In Essence, review the requirements, review your questions, and your answers. Also, ask colleagues to read and edit the application before you submit it. Make sure you have clearly articulated the problem and barriers and how your program plan will address these, then you are almost ready to submit your application.
Though this process can seem long and tedious, the result is worth the effort, and the satisfaction and sense of accomplishment that you will get from winning this grant will be motivation to your business and you will go to new heights. Now that you can see the grant reward in your hand, don’t let the final stage send the proposal back to you unread.
7 Must Do’s Before You Submit Your Grant
1- Since everything is digital these days and you are more than likely to submit over the internet, make sure your files are virus-free. Use a virus protection program to run a virus scan on your entire application package. This will ensure that your package is completely free of viruses before resubmission.
2- Since with some organizations, you are penalized if you talk with a staff member about any stage of the proposal. Make sure you get the verification process upfront and follow it. Some like Grants.gov have support centers. Call or email the Grants.gov Support Center to verify that your submission was received by Grants.gov and to receive a tracking number for your application package.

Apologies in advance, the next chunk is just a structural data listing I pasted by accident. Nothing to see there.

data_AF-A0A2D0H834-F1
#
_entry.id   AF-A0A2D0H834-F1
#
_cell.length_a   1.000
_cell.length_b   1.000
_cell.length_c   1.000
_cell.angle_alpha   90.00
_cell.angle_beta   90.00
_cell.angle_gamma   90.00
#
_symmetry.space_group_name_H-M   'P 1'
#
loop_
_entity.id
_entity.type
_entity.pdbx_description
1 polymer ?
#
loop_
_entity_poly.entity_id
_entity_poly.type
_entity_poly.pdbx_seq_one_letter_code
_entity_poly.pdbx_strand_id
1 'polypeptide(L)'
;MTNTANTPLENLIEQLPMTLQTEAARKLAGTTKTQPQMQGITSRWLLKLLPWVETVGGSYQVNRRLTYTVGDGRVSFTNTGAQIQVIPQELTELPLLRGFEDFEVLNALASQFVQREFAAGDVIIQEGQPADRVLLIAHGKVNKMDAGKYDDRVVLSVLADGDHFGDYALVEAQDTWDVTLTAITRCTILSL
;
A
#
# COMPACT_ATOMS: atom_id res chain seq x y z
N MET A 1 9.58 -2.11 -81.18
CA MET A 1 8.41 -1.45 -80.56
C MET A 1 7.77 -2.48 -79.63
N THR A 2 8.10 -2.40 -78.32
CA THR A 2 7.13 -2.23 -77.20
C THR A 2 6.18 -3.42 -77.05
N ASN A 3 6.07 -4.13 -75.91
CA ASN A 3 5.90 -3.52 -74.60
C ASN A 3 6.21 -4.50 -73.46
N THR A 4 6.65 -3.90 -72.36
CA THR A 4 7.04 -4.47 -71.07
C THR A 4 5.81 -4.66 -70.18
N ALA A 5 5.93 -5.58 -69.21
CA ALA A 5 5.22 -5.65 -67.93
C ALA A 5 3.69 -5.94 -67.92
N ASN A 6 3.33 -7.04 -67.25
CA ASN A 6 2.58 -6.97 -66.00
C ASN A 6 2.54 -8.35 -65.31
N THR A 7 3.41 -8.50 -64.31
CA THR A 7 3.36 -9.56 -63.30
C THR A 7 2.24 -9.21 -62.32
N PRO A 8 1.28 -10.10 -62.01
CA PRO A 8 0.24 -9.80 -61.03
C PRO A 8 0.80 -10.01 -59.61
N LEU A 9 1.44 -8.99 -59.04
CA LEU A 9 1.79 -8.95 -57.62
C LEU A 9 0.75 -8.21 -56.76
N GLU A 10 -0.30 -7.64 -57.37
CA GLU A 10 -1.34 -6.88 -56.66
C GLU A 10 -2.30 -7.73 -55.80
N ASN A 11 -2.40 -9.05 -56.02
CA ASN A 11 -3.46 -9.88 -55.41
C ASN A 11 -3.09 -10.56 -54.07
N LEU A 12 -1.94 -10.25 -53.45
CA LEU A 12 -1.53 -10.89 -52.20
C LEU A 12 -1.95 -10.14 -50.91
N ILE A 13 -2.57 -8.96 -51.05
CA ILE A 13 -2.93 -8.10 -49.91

3- Your worst nightmare, you just attached a blank file or they said it couldn’t be open.
check that you have properly saved all of your application package’s supporting documents. Failure to do so will result in the package not being properly transmitted to the organization. The best practice, send yourself a copy first. Also, If you receive an error message similar to the error message ‘file not found, you may not have completed all mandatory forms associated with your specific application package. Double-check that all mandatory forms and fields are complete in your application package and resubmit.